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Thread: Wheatsheaf Ring Sizer vs Triblet

  1. #1
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    Default Wheatsheaf Ring Sizer vs Triblet

    From reading the forum it seems Wheatsheaf is the gold standard brand for ring sizing in the UK. Does anyone know what the difference is between the stainless steel ring stick and the steel triblet?

    http://www.cooksongold.com/Jewellery...prcode-999-AHY

    http://www.cooksongold.com/Jewellery...prcode-999-823

    Am I missing something? It seems a lot more to pay for a wooden handle? Are there advantages of one over the other?

    Apologies if this is a silly question!

    Tess

  2. #2
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    The steel version is new and I have not seen or used it, but as described it is just a cheaper version.

    The advantage of the brand is that it is the most commonly used in the UK and accurately calibrated to match the ring gauges. http://www.cooksongold.com/category_...af+ring+sizers Dennis.

  3. #3
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    Thanks Dennis

  4. #4
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    While not having one or both in hand, my guess is that the -AHY ring stick is just that, for sizing, being a thin cone of stainless style, accurately marked, whereas the -823 triblet is (semi-) solid steel, intended for actual forming, Though I would never use one like that with markings all the way around for such purposes, as they always mark the metal, so I prefer at least just partial markings, at best plain/unmarked, for forming.

  5. #5
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    I don't think thats the case, Paul.
    The cheaper one states that it is for forming and actually the cheaper one is much heavier than the dearer one?
    In fact the dearer one doesn't state that its for forming.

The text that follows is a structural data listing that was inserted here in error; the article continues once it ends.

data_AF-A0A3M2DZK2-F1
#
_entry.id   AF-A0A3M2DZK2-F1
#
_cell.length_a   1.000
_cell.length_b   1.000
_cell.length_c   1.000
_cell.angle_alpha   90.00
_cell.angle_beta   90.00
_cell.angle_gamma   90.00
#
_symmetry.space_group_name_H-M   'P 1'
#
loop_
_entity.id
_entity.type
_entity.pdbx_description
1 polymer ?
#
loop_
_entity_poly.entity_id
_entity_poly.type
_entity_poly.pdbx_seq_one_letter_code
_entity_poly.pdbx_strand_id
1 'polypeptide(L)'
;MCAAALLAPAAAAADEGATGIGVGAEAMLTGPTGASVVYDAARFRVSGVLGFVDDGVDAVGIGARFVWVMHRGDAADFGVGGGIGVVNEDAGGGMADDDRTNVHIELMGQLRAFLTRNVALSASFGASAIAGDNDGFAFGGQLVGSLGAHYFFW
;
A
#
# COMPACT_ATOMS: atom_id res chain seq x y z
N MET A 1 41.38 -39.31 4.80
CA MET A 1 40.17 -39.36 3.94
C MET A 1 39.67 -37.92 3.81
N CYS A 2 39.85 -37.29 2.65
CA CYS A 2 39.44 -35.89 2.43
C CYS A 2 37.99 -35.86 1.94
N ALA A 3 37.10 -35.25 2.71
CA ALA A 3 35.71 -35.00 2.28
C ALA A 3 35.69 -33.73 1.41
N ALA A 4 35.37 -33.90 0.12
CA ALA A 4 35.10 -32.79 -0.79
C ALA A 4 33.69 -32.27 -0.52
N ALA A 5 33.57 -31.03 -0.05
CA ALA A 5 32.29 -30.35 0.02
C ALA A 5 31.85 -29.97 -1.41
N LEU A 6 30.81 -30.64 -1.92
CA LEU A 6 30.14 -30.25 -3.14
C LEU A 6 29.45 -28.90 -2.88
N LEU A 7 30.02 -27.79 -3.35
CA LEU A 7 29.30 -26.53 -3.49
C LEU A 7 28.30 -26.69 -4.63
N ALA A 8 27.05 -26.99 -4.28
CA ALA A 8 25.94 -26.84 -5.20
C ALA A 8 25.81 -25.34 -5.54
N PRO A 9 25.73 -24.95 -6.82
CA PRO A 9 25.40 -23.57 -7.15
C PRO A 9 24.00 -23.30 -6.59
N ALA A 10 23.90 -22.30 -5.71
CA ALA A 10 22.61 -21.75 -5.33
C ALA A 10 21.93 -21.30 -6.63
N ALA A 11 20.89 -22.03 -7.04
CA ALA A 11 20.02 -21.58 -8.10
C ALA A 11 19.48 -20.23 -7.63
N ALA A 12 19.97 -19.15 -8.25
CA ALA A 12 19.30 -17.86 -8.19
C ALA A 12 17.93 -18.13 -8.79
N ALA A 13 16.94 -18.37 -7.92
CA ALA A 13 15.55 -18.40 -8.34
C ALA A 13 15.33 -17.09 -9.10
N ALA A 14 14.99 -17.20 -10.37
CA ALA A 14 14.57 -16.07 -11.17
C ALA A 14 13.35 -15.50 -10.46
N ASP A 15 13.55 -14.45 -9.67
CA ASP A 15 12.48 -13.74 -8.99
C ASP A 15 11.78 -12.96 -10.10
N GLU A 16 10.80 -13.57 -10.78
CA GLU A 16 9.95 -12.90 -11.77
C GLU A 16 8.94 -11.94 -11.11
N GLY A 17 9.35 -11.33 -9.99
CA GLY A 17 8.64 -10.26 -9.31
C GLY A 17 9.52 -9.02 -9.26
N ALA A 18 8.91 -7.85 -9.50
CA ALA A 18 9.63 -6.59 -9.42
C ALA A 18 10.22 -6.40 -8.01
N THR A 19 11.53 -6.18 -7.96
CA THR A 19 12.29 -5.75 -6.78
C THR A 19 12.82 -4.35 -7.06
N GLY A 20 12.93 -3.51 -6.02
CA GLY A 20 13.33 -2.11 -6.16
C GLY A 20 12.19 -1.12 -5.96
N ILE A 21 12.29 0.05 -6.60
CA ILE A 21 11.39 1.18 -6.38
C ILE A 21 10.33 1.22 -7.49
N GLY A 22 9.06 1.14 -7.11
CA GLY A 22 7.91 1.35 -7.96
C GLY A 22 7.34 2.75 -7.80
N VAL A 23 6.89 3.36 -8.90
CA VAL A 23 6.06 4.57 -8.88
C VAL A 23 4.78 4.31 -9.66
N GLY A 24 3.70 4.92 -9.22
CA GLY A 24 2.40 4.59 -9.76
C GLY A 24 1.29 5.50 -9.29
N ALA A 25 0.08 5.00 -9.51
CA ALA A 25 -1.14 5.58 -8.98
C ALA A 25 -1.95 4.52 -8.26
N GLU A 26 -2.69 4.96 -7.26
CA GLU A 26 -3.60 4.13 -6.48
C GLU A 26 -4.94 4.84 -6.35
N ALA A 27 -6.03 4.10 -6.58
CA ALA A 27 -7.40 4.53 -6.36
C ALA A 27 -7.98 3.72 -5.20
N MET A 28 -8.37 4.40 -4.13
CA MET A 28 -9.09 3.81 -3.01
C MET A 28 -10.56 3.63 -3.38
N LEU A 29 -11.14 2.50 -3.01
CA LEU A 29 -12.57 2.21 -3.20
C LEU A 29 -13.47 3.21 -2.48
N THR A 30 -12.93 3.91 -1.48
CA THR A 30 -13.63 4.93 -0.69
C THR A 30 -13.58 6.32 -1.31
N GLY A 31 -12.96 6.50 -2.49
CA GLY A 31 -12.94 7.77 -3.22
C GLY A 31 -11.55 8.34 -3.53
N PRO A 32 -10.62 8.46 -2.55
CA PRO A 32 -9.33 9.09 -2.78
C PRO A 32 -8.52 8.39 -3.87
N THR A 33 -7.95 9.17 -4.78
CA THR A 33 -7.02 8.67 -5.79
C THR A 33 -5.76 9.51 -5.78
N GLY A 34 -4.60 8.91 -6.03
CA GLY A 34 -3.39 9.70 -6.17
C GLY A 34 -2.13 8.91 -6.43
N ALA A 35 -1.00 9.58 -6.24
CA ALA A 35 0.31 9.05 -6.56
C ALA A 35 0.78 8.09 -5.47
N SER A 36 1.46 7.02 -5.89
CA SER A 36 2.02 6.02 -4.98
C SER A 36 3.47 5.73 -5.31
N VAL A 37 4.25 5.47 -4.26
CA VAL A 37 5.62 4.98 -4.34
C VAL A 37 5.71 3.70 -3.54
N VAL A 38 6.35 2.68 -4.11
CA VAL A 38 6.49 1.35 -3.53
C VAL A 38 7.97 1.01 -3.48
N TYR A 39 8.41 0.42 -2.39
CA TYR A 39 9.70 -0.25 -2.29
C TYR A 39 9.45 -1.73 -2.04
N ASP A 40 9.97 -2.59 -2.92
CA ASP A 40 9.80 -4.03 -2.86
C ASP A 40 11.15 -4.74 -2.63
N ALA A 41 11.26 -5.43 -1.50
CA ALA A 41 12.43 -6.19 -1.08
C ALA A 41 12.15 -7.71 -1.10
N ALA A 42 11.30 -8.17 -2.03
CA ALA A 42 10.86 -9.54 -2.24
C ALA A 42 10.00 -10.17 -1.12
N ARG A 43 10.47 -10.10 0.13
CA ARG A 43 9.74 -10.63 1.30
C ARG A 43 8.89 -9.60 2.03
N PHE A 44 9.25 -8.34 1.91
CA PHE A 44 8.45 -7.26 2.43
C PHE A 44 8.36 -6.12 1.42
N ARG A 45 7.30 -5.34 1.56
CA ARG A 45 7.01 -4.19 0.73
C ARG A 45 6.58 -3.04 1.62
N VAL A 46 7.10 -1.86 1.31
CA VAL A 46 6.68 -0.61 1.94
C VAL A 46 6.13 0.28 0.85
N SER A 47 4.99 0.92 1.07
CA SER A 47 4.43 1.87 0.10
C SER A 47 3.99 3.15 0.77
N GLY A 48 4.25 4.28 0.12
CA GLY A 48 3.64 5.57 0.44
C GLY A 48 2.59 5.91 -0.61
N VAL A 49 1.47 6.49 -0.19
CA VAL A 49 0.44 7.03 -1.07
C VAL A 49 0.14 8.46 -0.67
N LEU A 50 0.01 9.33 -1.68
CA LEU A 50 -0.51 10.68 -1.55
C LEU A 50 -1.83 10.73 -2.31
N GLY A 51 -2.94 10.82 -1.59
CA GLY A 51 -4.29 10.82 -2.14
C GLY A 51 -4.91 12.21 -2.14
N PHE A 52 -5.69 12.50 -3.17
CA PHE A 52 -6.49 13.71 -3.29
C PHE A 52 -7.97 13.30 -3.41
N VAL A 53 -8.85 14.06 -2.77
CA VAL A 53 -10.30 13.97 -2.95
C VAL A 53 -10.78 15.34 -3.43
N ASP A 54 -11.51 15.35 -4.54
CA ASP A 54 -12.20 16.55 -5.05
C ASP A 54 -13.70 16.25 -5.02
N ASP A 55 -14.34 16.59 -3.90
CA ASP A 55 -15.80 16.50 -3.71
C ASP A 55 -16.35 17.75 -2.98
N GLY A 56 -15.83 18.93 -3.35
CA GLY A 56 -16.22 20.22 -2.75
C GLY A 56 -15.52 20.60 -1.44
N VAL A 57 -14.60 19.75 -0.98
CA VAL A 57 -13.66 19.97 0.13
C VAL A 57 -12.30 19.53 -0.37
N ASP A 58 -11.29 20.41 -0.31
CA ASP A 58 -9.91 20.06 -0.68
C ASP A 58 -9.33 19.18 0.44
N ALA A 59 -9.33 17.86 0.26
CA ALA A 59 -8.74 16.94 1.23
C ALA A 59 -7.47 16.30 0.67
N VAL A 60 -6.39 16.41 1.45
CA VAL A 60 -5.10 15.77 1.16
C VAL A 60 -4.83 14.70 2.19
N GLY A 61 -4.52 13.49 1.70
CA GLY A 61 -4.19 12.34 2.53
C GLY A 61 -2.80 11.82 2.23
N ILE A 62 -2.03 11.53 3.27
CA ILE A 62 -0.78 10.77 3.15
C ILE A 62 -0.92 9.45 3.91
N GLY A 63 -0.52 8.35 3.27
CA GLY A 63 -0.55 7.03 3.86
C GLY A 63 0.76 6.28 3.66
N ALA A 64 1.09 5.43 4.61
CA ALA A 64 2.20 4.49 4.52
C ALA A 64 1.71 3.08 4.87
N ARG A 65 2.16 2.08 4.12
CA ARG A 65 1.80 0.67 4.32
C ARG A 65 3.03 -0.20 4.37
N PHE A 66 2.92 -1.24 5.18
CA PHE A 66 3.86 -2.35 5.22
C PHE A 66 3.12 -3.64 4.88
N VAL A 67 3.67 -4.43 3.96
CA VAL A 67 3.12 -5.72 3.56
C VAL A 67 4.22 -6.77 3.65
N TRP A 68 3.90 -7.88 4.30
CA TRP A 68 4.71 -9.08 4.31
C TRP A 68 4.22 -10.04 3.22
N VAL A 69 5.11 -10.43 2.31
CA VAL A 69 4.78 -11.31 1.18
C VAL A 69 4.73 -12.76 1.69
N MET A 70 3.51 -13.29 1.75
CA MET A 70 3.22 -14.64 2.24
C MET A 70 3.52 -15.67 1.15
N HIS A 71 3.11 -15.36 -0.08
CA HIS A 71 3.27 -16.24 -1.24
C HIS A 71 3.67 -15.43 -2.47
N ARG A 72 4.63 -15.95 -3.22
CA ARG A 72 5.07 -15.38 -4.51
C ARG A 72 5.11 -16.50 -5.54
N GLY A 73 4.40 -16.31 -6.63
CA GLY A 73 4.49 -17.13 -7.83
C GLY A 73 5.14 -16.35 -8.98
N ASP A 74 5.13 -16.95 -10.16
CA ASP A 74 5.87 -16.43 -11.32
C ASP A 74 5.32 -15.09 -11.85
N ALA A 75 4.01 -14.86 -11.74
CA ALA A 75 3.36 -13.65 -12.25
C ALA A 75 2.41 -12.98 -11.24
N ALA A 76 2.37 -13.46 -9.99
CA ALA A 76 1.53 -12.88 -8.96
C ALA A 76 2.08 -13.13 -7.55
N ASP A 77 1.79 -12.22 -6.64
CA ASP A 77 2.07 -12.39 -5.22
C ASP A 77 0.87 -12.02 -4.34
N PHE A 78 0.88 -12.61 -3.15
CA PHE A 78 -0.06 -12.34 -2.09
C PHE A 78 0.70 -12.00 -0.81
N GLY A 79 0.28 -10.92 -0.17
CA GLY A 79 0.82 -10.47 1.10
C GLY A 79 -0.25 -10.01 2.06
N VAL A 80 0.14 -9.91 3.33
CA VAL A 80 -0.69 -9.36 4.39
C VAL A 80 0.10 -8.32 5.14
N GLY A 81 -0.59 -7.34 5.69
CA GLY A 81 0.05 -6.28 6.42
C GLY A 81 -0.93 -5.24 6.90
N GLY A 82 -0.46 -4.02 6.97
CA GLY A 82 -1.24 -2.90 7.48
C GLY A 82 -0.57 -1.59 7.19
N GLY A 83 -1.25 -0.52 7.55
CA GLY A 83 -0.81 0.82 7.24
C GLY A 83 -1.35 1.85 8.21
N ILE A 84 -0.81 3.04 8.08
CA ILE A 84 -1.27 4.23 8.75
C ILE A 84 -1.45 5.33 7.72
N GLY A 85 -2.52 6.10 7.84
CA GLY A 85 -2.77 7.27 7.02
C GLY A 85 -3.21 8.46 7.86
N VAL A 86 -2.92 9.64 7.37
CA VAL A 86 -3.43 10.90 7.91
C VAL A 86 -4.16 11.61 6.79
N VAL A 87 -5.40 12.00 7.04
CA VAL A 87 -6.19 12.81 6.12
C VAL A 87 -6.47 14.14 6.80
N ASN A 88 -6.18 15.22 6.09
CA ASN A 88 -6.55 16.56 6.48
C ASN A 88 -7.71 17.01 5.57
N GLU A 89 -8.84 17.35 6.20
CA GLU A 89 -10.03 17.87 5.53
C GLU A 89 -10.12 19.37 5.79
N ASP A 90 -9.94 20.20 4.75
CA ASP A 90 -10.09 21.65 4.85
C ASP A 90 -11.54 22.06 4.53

6. #6
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    Thanks Paul and Sarah, you can see why I was confused!

  7. #7
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    I stand by my comment, Sarah, greater weight does not necessarily indicate greater cost, quality may well do so, for example the stainless steel of -AHY v. steel of -823. Nor do I see where I suggested that -AHY was for forming, but quite the opposite. So, having found my ancient Wheatsheaf -AHY version, I can confirm that it is constructed from a cone of 1.5mm stainless steel and (in my mind at least) intended solely for ring sizing. P.S. I had to dig out my genuine Wheatsheaf ring sizer, as it's a bit of an heirloom, so I tend not to use it as a day-to-day tool. Originally belonging to my father, he would have bought it in the late '50s - early '60s. It only sizes A-Z, without the +6 to cope with present day thicker fingers.

  8. #8
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    Wow Paul, that is quite an heirloom. Until I recently looked at their website I had no idea how long Wheatsheaf had been making ring sizing equipment.
    Think I'll go for the -AHY as an investment piece as already have an unmarked triblet for forming. Will use the current 10% off at Cookies to justify the purchase...
    Thanks again guys.

  9. #9
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    My apologies Paul, I read your comments the wrong way round.
    Why would anybody want to pay more money for a mandrel thats only for sizing though when you can have one that you can also form on for less?

  10. #10
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    You make a good point Sarah. What I understood (or thought I understood) from Paul’s post (and indirectly from Dennis’) is that the stainless steel one might last longer than the steel one? In addition, that circumferentially marked triblets can leave marks on rings so better to not use them for forming?

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